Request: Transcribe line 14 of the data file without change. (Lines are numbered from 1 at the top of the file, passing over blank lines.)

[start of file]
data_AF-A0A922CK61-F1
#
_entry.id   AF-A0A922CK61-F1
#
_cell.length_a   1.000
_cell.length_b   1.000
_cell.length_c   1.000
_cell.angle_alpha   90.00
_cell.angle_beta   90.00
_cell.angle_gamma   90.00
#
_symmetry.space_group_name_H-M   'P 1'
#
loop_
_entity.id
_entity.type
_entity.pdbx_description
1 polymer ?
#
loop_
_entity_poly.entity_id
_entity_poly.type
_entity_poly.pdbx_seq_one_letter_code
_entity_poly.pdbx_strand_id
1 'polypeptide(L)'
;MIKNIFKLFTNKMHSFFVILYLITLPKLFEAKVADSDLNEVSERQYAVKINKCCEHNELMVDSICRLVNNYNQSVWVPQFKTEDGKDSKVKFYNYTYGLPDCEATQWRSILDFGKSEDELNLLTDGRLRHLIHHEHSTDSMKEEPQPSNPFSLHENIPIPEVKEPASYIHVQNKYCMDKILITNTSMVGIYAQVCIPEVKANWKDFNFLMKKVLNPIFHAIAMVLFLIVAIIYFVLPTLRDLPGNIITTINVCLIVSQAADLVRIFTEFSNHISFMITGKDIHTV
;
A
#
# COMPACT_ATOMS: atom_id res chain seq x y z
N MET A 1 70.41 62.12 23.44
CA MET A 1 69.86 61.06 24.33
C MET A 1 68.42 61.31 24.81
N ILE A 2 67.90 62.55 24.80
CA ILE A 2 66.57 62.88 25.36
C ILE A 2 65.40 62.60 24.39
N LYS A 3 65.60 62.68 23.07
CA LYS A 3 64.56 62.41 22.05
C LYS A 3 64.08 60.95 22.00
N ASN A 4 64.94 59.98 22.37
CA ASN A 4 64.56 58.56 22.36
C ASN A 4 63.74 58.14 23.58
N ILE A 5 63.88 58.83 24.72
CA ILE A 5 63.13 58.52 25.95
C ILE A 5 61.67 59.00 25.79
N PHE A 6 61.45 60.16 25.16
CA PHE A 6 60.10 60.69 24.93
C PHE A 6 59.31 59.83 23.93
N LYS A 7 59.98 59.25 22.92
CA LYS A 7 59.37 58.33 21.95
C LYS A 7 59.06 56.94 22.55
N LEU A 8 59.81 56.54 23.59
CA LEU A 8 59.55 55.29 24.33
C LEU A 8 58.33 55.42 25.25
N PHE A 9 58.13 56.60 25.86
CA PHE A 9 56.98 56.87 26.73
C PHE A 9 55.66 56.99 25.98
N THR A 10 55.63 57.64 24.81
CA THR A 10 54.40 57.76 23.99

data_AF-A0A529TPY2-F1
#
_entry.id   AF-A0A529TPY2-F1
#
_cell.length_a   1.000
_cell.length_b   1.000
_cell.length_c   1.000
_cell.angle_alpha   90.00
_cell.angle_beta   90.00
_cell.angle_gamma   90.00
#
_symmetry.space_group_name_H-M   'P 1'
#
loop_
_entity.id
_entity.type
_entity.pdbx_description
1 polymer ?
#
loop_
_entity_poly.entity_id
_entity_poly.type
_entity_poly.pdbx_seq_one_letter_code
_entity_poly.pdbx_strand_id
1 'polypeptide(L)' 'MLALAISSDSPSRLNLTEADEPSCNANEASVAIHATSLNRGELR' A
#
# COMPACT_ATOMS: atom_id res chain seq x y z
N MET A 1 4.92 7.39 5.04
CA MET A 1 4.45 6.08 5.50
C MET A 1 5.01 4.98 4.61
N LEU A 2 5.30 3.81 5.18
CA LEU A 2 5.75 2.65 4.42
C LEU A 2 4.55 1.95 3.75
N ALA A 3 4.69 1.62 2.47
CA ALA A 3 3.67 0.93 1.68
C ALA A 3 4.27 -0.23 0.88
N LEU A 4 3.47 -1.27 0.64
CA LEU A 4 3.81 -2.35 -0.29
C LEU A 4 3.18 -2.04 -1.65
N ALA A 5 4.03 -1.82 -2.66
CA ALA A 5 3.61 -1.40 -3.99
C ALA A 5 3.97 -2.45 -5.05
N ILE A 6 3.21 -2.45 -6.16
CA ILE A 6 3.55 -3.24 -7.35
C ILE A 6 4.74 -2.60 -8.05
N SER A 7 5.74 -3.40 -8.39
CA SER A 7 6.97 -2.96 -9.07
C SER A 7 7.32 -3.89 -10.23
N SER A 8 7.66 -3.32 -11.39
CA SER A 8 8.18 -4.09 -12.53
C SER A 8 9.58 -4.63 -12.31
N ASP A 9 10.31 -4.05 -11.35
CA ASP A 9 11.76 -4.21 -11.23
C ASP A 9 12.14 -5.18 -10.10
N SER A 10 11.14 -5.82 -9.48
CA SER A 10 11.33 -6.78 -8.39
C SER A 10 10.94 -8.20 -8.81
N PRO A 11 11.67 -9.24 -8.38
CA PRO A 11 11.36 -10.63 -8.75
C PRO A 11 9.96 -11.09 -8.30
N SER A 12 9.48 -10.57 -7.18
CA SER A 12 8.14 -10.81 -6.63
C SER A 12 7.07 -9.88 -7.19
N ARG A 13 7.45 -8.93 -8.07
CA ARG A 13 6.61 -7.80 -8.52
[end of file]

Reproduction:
loop_